Sophie says near the beginning of chapter 1, “Mother’s Day will make you sad, won’t it Tante Atie?” This line, apart from being a really big callout- carries a great deal of weight, because Sophie believes it is because Atie wants her own daughter to do things with, but it will likely be sad for her because Sophie is leaving (as we later learn). Seeing her aunt this crestfallen triggers Sophie to give her the card early, hoping to cheer her up. Atie rejects it. She says she can’t accept it this year because it is not hers to accept. By definition, a Mother’s Day card should go to the mother of the child, and Atie believes that the card should be sent to Sophie’s real mother, Martine. However, this is the conflict between Martine’s biological relation to Sophie and her emotional relation. Sophie has never met Martine. She sees her picture on the nightstand – a single unchanging capture of a still moment of her mother, but she doesn’t know who she is. The poem Sophie wrote in the card is for Atie. The love put into that card is for Atie. She wrote the poem for a mother figure who she knows and cares deeply about- Tante Atie- yet still Atie insists that it be sent to Martine, someone who has only witnessed Sophie’s growth and maturation as a still frame on a nightstand. It’s paradoxical and contradictory to us the reader and Sophie, and, presumably Tante Atie as well. But Atie insists this nonetheless because she knows something that we and Sophie do not yet know at that point in the story- Martine has sent for her child. But when Atie says it is for ‘a mother, your mother,’ it gives the impression that she doesn’t think of herself as a mother. Combined with an urgent call from Martine for her child, Atie cannot accept this card. She won’t even let Sophie read her the poem. In rejecting her own role as ‘othermother’ of Sophie, Sophie herself feels rejected as a daughter. Sophie plucks the daffodil from the card and crushes it underfoot. Her hope to express her love to Tante Atie and bring her joy with this card is crushed, just like the flower.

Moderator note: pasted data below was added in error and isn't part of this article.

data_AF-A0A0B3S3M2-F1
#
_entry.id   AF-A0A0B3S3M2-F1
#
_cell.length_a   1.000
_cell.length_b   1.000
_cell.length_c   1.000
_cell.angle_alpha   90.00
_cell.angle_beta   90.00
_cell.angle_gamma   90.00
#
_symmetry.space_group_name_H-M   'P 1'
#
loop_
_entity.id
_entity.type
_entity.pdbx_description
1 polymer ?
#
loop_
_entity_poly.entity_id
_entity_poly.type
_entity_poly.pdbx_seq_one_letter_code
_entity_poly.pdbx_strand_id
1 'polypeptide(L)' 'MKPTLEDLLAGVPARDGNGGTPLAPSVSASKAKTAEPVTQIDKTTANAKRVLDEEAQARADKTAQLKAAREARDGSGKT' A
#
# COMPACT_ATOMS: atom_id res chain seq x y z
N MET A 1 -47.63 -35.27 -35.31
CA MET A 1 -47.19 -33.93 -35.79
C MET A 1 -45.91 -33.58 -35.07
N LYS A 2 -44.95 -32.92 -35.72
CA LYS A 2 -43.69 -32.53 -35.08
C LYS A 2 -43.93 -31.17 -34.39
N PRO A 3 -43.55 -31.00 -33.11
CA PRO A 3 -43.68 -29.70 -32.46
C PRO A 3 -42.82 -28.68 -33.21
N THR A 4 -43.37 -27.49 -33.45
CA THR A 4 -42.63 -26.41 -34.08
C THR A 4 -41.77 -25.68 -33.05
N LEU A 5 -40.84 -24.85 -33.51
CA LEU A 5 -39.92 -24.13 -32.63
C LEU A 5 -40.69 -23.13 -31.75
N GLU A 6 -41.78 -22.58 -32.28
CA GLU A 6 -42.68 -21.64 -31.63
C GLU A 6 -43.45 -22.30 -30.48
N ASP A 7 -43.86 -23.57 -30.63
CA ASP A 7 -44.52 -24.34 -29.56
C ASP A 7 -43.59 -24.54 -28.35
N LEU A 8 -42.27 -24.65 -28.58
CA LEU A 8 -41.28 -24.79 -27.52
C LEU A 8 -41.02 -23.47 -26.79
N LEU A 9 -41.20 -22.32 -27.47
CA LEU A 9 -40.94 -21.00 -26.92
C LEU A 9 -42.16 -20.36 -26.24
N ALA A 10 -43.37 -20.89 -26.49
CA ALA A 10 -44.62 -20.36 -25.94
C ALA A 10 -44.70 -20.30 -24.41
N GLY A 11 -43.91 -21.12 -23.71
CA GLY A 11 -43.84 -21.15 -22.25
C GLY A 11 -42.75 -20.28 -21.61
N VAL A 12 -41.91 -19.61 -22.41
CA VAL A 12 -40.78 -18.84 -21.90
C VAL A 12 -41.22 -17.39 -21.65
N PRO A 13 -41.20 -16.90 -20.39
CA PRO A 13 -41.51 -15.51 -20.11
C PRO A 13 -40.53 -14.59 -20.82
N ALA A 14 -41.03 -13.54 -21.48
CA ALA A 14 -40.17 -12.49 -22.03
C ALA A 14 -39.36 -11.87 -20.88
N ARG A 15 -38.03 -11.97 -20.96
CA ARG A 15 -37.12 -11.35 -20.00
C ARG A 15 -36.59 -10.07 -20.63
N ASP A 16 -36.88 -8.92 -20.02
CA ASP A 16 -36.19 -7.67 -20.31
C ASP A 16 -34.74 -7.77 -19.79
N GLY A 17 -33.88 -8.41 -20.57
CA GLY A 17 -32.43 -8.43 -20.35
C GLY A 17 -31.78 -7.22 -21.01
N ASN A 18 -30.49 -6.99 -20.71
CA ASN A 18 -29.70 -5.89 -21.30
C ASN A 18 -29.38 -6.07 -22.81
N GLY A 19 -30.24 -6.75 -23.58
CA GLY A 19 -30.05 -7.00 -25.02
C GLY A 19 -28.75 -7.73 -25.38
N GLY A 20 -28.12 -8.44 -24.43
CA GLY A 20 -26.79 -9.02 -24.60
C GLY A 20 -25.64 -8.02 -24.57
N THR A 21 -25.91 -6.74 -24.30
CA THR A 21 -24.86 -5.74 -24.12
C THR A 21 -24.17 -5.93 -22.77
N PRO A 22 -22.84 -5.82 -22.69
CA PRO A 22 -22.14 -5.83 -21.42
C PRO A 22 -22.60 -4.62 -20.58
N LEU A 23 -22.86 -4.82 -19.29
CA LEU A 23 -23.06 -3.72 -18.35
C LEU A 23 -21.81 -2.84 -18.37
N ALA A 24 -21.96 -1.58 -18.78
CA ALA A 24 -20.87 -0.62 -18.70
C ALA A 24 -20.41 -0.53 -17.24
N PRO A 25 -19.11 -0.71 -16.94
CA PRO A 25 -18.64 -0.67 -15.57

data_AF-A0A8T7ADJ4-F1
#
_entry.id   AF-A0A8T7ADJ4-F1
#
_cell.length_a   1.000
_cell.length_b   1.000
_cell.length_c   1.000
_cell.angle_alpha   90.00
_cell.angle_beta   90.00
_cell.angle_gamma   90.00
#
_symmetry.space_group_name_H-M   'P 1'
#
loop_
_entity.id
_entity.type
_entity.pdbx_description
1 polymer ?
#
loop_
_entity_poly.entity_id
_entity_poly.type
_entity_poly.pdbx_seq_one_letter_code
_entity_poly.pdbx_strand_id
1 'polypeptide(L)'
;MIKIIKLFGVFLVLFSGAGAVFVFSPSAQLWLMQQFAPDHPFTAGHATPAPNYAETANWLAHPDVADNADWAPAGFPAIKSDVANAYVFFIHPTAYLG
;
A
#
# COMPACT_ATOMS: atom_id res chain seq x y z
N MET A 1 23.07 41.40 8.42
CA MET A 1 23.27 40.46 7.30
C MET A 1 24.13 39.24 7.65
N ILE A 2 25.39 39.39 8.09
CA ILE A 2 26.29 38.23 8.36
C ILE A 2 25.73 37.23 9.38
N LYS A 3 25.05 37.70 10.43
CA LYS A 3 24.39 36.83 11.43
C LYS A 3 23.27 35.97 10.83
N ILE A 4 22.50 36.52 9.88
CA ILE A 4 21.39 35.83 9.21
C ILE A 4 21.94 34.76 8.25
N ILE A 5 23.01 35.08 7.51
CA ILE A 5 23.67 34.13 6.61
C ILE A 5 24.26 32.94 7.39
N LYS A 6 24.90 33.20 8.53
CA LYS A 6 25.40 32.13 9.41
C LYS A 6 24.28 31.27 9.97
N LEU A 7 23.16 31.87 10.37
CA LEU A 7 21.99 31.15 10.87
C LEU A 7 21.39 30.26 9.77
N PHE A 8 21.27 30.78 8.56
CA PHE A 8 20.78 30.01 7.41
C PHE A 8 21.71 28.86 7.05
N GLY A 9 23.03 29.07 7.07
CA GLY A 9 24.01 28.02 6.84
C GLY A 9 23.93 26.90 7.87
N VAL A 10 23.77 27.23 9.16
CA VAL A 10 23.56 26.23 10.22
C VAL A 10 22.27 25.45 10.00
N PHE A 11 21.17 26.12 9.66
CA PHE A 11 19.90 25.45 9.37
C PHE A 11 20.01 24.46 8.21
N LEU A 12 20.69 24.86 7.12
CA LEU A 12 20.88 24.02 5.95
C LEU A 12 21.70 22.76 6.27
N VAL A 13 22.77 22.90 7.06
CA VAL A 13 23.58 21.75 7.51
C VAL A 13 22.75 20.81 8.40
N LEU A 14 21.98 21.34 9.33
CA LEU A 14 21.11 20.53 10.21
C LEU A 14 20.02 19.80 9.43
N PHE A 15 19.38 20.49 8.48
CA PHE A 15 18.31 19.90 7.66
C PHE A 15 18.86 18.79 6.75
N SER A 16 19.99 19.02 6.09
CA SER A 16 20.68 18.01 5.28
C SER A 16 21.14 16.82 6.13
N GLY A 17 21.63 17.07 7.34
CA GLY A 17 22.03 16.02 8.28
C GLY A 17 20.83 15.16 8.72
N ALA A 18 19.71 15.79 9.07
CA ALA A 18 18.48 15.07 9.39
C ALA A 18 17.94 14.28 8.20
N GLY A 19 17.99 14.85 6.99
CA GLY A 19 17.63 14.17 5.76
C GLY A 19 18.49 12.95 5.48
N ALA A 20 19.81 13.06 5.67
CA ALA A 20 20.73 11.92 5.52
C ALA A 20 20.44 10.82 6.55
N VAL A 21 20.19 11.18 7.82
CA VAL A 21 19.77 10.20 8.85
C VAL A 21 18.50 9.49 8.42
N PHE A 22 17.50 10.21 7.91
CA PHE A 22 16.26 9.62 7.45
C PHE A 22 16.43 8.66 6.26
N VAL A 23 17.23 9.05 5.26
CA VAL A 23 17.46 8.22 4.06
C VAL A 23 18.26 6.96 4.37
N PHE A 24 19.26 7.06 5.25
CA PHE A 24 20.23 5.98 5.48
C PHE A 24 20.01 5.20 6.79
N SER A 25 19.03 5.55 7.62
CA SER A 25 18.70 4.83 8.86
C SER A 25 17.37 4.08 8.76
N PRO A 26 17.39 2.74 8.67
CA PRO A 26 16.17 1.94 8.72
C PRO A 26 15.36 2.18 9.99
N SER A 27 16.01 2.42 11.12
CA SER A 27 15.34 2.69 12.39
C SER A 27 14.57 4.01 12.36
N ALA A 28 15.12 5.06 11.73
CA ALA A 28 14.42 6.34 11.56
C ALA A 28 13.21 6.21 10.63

You see, Atie is Sophie’s othermother, described by Simone Alexander in her study Mother Imagery in the Novels of Afro-Caribbean Women (2001) as “the substitute mother who takes on and takes over the nurturing role from the biological in times of need or crisis, becoming a pillar of strength and support for the estranged daughter. The othermother is a positive influence for the daughter and therefore encompasses a nurturing, supporting image. Apart from being an othermother, that is, a surrogate other, I extend “otherness” to the biological mother, meaning she is often seen as an “other” mother, an enemy to her daughter, particularly when she appears to advocate colonial habits and mannerisms.” This is indubitably what occurs in this novel, where Atie is the symbol and pillar of strength for Sophie, and Martine is simply a stranger with biological connections to her.